Car-less by choice

In the past year or so, I’ve noticed a few articles and discussions about how the next generation is living without cars. They don’t seem to garner much attention from most people, but they stand out for me because I’ve been car-less by choice my whole adult life and it’s interesting to see that the next generation is embracing the same lifestyle (though, unlike me, many of them do get their license).

It’s no wonder. Owning a car can be a risky expense (the car’s value depreciates, it could be stolen or damaged in an accident, etc.). According to the Canadian Automobile Association (CAA) car cost calculator, the average annual cost of a mid-sized car is over $10,000 (8.34 litres of gas per 100 KM and 20,000 KM driven annually).  That works out to $800-850 per month, which could be your student loan payment. Or, you could rent a small apartment.

One article credits the combination of the rising student debts and the rising popularity of car-free urban living as a driving force. Some condos in larger cities are even being designed around car-free living (ex: secure indoor bike storage and no parking). In fact, there’s a building like this being built in Edmonton.

The article also suggests that cars are no longer seen as a status symbol (but, smartphones are). And, while  some will eventually buy a car out of necessity (ex: when they have a family), many don’t see a need for one. Not even after starting their career. Instead, they walk, bike, or bus to work.

This makes sense. If they can’t afford a car (or, if they find the graduated licensing process to be onerous), they use alternate means by necessity. As a result, they get used to using trails and public transit. Familiarity breeds comfort, which means people are more likely to continue using those means of getting around. Even if they want to drive, there are more and more car-sharing services in larger cities, which means they don’t have to own a car to have access to one.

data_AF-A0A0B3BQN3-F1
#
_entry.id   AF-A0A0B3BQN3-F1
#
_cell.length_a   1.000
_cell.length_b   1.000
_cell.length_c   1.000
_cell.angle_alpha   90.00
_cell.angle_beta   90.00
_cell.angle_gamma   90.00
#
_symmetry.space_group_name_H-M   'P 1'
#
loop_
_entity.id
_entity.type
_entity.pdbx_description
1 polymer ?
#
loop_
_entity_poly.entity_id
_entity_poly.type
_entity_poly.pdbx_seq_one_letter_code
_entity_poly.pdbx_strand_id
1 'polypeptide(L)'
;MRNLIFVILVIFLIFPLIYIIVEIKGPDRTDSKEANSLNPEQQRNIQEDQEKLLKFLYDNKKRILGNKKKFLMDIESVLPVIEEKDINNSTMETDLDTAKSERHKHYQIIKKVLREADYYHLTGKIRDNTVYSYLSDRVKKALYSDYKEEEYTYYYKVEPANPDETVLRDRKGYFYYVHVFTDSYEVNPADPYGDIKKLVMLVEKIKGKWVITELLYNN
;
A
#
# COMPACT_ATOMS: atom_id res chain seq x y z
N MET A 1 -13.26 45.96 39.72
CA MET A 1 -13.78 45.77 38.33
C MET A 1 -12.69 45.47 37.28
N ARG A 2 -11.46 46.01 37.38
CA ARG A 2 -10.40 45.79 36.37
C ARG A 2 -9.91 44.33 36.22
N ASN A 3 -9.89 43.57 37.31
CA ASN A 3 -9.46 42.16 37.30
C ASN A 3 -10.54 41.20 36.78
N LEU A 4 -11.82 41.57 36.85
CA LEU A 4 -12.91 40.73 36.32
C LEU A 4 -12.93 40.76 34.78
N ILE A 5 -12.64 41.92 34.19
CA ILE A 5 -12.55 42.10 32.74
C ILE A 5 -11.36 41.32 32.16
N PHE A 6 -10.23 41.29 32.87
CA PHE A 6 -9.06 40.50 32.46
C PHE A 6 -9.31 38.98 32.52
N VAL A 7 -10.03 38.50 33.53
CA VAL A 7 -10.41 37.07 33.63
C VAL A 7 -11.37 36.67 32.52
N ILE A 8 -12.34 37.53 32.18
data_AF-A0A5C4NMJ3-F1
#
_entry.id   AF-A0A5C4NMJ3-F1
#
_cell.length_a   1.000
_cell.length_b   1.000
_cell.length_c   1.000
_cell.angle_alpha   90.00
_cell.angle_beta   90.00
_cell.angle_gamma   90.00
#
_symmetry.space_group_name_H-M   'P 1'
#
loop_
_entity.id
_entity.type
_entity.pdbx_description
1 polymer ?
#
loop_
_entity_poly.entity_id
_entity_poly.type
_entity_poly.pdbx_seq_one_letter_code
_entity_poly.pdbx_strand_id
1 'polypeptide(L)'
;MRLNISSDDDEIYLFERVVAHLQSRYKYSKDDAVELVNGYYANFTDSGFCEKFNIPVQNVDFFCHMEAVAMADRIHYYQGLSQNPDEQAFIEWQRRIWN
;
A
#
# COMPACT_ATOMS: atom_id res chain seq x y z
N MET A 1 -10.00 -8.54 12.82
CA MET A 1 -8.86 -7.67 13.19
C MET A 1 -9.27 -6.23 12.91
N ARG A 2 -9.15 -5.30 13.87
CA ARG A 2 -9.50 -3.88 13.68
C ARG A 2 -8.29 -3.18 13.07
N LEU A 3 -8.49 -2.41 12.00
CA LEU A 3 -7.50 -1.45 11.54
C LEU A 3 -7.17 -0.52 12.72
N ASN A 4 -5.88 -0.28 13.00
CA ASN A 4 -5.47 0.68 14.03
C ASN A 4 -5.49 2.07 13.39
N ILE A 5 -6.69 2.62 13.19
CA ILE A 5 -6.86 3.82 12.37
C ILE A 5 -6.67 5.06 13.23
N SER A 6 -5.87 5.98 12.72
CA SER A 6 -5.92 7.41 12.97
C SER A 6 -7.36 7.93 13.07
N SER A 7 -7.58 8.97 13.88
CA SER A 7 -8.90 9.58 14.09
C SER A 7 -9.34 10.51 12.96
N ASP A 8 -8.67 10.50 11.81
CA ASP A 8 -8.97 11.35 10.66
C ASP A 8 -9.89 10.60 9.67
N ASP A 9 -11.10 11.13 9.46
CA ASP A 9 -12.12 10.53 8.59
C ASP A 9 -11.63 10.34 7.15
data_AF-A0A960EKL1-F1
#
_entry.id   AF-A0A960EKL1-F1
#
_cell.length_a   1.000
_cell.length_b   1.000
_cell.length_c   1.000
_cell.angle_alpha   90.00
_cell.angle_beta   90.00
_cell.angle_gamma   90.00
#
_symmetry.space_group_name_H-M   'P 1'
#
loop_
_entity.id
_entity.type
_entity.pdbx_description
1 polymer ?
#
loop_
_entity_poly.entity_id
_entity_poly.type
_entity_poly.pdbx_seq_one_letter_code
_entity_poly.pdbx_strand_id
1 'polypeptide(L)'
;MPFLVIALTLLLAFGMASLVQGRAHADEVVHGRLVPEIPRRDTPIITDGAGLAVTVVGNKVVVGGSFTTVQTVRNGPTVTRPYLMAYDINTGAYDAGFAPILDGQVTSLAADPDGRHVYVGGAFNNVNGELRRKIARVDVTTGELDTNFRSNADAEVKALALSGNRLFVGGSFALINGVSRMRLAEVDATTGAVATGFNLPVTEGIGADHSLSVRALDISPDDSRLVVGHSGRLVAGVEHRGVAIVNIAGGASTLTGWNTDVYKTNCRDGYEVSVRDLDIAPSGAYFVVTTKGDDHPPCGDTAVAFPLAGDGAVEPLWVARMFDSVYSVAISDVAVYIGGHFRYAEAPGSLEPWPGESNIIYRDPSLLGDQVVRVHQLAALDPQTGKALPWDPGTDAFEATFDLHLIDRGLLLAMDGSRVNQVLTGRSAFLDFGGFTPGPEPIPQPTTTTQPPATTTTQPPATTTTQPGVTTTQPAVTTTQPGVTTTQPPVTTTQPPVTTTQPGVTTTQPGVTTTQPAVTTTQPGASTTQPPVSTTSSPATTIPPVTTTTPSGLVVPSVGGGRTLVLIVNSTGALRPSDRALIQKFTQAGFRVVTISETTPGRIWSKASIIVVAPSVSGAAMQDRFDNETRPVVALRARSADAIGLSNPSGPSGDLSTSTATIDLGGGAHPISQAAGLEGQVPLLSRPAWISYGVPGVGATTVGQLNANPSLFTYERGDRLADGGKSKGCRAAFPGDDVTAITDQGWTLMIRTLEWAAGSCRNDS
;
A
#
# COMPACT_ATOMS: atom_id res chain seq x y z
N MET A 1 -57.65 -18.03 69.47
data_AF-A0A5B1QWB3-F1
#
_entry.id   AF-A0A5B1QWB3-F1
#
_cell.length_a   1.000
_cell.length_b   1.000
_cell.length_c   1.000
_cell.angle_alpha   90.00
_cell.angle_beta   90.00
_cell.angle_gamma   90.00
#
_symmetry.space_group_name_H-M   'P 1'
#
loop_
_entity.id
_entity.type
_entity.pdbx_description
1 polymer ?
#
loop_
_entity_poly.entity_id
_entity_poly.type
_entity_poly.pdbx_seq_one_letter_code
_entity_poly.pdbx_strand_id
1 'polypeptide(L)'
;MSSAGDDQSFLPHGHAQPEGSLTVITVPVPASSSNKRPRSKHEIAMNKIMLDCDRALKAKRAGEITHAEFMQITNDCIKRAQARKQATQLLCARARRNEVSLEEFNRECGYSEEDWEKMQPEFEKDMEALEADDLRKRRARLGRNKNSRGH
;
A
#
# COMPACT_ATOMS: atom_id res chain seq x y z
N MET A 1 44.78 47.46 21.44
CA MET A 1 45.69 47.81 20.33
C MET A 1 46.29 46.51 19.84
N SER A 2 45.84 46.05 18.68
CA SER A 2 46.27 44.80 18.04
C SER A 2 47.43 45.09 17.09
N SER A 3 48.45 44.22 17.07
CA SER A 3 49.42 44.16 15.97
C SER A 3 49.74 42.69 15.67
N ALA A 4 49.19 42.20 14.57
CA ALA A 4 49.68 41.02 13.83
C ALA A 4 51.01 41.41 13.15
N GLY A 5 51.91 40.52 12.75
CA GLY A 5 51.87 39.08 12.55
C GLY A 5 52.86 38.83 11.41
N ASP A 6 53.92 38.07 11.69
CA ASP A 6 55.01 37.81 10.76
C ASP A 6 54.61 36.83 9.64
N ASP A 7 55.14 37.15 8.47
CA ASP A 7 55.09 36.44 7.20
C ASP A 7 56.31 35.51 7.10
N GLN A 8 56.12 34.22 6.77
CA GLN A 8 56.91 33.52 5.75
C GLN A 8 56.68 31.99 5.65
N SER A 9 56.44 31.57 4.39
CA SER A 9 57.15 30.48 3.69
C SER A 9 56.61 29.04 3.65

People are starting to talk about how cities will need to rethink planning to be ready for the car-less. This doesn’t mean ignoring current infrastructure – roads and bridges need regular maintenance. But, it does mean rethinking infrastructure: making bike paths or walking trails better and more accessible, building up instead of out (i.e., reducing urban sprawl, which can result in expensive transit budgets if you try to service the whole city), adding bike lanes on key streets, etc.

Of course, all this talk about being car-free means that people start talking about improving public transit, which is good, but it’s disappointing that it’s taken growing community of car-free middle-class to get others to pay attention to transit issues. As noted on Carless in OKC, there are a lot of people who depend on transit to get to and from their jobs, not because they choose to be car-free, but because they can’t afford a car.

There are many people in our city who have no other viable way to get to their jobs or grocery stores or doctors or parks. That fact, in and of itself, should be reason enough to provide adequate public transit. It shouldn’t take middle-class millenials like us who want to take the bus to and from a bar on Friday night to get people behind this idea.

It’s an interesting discussion, and I’m glad to see that more and more people are thinking about it. It can be a struggle to be car-free, even in big cities. Edmonton is full of interesting shops, social groups, attractions, etc., but a lot of them are hard to access without a car or require a long, carefully planned, multi-bus trip. Having more people living car-free means there will be more demand for walkable neighborhoods, transit access to parks, express bus routes, and central living options.

I, for one, am looking forward to seeing how this all evolves.

 

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